Reserve studies are a great tool to project reserve item quantity sizes and future costs. They contain detailed information about the association’s long-lasting capital reserve items—things like roofing, painting, paving, clubhouses, recreation areas and various other items. Reserve studies project how long an item will last (useful life), how long that item has before it should be replaced (remaining useful life), the current cost of that item, and the future cost of that item. This information is integral in preparing the annual budget for the association.
Reserve studies benefit multiple users. Here is a list of typical users that benefit from having a reserve study performed:
Board of Directors
A reserve study may be most beneficial to the current board of directors. This is the case because they are directly involved in establishing next year’s budget, and reserve items are a component of that budget. If the board of directors were just to take a wild guess on reserves, it could lead to underfunding and a big special assessment in the short term or long term.
Other homeowners in the association benefit from the reserve study because it puts them on a more sound long term track. With a reserve study, special assessments are likely to be eliminated or at least minimized. A reserve study is the most fair and equitable way to fund long-lasting items.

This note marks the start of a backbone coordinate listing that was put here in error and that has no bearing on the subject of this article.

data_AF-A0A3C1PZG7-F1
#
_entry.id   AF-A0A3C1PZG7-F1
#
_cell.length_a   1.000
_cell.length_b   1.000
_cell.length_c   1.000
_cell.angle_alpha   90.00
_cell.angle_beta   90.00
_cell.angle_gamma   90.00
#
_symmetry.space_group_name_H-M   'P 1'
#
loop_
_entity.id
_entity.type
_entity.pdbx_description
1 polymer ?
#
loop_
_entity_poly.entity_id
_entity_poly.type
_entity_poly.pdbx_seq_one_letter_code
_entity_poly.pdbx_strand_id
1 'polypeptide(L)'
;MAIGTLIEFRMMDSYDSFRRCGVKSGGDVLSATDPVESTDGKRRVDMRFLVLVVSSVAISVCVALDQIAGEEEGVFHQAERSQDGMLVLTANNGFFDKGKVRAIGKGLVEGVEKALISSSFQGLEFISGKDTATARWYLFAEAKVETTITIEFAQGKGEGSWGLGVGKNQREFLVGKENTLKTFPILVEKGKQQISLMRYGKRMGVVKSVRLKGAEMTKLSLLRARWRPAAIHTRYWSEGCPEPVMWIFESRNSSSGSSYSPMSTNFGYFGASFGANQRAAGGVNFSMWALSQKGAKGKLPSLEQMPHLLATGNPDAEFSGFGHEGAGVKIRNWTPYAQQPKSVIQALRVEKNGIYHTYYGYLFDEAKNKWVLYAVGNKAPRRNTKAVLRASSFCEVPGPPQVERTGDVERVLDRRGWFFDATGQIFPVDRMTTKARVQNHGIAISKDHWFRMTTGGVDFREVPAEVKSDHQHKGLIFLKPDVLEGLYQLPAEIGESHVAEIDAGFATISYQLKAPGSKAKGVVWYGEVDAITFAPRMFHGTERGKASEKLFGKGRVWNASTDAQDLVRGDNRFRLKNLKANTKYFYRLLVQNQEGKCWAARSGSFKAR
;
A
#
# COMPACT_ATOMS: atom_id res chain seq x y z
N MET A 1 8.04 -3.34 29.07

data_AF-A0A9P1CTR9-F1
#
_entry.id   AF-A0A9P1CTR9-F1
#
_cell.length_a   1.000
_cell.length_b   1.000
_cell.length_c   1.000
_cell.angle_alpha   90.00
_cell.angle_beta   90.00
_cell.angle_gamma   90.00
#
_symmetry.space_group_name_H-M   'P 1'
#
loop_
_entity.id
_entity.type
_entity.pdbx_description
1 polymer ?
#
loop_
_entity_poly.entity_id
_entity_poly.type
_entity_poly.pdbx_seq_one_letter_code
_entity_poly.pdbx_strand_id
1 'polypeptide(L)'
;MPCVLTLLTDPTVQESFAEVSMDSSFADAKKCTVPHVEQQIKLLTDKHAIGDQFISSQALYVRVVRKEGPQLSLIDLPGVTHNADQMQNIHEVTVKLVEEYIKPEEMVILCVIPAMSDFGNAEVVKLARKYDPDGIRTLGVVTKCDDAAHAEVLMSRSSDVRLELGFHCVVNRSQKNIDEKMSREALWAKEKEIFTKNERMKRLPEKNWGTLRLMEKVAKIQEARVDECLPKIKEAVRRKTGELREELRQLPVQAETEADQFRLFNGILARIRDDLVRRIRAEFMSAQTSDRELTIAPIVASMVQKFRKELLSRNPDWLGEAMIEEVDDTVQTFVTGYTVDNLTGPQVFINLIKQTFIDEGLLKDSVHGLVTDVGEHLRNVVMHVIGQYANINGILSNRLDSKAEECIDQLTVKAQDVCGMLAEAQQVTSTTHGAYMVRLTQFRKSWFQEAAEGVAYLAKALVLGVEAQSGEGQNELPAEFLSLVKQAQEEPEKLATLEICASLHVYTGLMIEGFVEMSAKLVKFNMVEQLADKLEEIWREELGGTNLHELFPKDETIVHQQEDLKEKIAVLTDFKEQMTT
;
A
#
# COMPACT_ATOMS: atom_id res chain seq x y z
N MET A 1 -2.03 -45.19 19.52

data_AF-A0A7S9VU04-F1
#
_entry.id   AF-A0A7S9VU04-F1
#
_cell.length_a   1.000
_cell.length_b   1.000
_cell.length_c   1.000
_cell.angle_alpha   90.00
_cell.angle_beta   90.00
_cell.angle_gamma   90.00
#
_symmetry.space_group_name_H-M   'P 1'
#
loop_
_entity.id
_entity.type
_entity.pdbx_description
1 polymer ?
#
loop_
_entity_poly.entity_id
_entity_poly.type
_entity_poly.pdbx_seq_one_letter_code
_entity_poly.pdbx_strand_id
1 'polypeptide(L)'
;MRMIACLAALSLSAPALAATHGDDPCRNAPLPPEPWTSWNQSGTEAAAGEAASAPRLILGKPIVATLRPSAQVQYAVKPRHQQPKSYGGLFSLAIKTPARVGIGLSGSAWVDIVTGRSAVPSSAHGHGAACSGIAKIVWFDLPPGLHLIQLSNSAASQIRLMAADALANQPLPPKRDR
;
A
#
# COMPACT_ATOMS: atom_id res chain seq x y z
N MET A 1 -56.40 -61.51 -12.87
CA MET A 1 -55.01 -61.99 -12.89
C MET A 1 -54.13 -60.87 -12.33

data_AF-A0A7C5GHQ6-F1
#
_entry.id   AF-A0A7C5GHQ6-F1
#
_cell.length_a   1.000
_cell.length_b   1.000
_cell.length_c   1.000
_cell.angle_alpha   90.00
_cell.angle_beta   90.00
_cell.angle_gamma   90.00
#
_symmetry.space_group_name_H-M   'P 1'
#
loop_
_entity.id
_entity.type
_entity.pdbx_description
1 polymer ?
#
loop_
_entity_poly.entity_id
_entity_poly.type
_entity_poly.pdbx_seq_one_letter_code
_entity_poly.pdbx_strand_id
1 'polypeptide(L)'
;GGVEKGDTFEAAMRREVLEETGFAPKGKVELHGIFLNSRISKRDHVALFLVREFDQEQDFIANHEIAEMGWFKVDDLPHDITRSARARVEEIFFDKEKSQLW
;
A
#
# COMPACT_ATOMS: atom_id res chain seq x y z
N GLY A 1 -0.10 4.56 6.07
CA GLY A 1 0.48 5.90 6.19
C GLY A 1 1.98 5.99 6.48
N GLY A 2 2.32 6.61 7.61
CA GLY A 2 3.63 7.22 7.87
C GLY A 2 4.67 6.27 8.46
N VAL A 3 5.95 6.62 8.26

The Association as a Whole
In some communities, they have a reserve schedule that they set up themselves. The items on the schedule may even be reasonably accurate in terms of costs and useful life. However, one common mistake we see is that some associations do not get all of the proper items onto their reserve schedule. When you talk with a reserve analyst, they may have some ideas for items that you should be funding but may not be currently funding.
Property managers show reasonable due diligence when they get a reserve study performed. The reserve study takes much of the guesswork out of the equation. The reserve study will typically show detailed component sizes, so when a contractor is estimating a project size (think square feet of roofing), they already have one estimate of what the size of the job is and what the replacement may cost.
Future Property Managers and Future Board Members
This is one area that is often overlooked involving reserve studies. Many communities have substantial turnover, from property managers to board members. For example, even if a board member goes to great detail to estimate reserves and the remaining lives of items and then sells his property and moves, no one will ever know where the numbers came from. The next board will also have no basis to know if the in-house numbers are reasonable or not. With a reserve study, the association will have a centralized report to help them assess their reserves for several years and know that these numbers were forecasted by a professional.